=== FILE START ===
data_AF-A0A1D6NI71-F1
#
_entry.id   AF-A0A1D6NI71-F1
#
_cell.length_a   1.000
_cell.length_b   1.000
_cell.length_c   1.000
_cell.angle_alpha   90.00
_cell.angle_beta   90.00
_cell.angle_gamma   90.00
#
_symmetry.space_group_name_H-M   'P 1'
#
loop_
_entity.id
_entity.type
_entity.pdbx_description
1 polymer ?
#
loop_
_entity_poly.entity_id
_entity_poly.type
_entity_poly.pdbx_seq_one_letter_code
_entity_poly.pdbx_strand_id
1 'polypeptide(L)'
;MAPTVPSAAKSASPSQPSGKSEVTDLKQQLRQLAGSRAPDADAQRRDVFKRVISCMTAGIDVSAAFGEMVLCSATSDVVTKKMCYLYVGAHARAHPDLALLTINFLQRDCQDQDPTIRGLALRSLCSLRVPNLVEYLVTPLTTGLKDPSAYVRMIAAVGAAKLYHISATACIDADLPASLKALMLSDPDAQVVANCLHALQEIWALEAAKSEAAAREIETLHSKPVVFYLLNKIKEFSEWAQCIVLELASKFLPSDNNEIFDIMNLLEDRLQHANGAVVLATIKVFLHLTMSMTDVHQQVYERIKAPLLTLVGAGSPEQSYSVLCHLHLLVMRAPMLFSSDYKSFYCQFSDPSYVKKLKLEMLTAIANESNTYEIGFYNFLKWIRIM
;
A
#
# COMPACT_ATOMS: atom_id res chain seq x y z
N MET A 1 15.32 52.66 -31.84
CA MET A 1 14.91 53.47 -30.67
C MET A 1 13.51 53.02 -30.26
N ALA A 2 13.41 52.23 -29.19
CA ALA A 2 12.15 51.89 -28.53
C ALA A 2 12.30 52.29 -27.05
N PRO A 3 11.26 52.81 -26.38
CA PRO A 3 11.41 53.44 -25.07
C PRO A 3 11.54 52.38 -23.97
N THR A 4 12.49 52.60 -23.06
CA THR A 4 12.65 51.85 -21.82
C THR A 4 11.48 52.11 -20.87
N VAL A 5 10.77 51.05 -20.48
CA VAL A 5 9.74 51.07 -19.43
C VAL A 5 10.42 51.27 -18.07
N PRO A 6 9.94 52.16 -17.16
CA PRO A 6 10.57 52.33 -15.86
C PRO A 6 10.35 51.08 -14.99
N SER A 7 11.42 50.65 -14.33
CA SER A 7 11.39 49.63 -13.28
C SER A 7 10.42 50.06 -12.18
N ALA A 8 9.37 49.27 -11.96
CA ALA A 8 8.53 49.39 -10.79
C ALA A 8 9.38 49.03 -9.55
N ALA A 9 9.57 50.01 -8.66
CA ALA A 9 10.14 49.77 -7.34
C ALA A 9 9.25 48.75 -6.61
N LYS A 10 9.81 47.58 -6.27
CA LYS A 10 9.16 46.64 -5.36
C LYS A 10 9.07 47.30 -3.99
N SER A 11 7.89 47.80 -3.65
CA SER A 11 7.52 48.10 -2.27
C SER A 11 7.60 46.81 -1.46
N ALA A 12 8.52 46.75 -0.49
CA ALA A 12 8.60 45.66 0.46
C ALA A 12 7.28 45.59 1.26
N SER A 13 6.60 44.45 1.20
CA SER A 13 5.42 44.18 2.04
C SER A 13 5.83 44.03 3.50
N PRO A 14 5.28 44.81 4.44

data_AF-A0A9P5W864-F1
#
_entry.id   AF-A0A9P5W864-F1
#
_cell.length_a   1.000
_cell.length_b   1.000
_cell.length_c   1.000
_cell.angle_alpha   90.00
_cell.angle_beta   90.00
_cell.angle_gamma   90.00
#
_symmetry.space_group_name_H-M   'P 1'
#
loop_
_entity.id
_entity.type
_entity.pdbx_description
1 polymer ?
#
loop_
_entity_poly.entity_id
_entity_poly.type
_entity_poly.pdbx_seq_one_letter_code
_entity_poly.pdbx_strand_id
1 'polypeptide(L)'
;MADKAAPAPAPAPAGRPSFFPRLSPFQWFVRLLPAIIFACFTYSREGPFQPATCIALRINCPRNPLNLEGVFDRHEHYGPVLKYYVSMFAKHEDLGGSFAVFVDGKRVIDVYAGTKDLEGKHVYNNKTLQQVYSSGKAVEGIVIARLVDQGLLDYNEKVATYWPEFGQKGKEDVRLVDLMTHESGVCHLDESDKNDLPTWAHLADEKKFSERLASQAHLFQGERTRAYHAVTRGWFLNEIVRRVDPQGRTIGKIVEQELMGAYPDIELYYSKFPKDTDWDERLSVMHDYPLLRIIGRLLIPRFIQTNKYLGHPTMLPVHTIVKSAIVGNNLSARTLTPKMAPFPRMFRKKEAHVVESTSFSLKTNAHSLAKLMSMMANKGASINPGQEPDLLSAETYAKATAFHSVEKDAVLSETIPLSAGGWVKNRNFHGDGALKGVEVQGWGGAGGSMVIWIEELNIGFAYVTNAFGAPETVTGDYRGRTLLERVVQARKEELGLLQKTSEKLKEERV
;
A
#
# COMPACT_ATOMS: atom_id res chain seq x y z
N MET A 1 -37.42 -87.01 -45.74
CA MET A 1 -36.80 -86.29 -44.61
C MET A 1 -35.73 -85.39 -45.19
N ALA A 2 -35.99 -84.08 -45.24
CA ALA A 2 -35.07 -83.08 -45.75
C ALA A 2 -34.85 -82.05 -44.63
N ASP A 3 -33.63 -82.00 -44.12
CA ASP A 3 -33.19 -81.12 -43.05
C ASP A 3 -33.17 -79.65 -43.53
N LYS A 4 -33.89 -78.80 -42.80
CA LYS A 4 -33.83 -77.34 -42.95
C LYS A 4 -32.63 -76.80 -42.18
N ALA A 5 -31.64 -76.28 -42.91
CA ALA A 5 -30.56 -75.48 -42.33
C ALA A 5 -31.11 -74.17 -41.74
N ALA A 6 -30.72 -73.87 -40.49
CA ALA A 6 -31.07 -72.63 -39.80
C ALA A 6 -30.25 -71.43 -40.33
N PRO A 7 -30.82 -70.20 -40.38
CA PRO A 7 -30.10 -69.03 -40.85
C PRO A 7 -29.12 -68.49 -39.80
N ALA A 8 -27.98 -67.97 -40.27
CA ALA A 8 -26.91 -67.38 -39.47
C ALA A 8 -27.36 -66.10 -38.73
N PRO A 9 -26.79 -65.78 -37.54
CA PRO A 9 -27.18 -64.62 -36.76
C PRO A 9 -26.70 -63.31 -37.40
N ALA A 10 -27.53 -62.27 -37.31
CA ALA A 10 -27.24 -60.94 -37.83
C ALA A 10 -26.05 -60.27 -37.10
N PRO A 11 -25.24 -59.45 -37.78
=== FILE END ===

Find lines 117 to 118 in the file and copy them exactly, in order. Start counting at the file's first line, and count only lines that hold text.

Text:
CA ALA A 6 -31.07 -72.63 -39.80
C ALA A 6 -30.25 -71.43 -40.33